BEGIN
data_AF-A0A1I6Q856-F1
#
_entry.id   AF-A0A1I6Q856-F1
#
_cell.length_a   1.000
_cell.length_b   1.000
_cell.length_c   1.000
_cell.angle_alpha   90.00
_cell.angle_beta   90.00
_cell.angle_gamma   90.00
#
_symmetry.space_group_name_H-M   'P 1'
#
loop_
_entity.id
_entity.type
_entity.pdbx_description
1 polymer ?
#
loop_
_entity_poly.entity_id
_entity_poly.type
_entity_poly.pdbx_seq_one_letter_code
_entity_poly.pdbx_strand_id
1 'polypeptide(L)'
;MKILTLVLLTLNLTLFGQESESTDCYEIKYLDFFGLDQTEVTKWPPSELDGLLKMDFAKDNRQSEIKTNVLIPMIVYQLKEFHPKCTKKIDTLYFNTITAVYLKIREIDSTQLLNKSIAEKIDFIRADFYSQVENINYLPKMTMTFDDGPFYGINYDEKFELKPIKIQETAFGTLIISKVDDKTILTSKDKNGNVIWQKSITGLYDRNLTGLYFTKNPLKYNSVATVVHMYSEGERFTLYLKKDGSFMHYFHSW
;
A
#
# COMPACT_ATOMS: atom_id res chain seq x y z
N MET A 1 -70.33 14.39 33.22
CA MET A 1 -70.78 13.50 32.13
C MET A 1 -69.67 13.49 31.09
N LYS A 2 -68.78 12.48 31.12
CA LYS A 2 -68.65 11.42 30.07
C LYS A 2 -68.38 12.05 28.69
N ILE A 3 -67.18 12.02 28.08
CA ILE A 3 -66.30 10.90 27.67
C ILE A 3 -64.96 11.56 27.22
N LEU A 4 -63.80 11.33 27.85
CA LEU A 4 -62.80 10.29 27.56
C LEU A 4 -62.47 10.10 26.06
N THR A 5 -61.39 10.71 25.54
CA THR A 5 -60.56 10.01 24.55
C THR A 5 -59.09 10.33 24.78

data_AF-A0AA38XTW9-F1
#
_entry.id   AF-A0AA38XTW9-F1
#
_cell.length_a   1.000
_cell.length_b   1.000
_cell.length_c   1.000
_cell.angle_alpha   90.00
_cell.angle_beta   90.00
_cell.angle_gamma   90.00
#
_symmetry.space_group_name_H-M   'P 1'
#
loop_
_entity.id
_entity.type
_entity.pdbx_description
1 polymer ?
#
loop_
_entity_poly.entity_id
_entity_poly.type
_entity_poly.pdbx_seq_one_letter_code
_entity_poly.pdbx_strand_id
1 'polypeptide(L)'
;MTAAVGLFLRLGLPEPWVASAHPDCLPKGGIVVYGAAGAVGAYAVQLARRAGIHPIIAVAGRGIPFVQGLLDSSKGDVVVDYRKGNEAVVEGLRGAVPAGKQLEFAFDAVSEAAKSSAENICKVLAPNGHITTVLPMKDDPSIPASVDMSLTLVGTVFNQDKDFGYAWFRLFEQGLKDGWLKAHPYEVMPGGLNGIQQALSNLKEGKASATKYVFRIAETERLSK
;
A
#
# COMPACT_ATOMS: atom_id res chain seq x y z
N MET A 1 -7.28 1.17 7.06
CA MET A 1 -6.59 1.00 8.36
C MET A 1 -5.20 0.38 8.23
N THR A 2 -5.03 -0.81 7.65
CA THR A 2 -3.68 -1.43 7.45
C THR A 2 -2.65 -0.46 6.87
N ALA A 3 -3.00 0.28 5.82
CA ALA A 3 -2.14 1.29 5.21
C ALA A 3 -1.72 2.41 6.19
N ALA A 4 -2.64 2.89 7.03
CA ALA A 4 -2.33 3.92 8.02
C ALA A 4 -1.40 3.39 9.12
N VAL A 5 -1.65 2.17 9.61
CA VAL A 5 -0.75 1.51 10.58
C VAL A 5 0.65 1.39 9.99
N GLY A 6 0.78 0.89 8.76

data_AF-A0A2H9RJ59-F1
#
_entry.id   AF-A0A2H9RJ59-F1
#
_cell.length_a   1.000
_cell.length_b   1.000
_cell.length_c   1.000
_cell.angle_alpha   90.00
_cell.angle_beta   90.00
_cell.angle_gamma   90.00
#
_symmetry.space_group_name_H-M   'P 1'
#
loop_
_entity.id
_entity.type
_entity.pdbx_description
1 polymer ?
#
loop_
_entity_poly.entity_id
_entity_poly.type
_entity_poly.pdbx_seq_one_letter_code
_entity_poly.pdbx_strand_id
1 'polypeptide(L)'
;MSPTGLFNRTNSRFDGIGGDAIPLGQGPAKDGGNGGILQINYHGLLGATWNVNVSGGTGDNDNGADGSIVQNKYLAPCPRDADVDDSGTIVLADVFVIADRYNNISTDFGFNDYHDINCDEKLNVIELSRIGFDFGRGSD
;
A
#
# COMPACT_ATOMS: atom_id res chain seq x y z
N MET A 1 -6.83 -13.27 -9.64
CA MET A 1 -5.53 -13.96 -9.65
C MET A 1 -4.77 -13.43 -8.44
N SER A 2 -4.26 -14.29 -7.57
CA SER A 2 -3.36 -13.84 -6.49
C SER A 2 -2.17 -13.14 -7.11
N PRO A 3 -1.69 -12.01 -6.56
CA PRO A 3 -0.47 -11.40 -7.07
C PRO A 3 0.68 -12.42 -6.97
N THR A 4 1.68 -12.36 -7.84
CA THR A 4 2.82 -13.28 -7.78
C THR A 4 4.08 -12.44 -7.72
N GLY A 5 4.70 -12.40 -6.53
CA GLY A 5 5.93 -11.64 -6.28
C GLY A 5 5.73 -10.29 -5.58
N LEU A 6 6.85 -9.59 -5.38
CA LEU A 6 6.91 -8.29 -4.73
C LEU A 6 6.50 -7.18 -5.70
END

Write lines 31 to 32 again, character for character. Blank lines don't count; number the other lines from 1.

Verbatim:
N MET A 1 -70.33 14.39 33.22
CA MET A 1 -70.78 13.50 32.13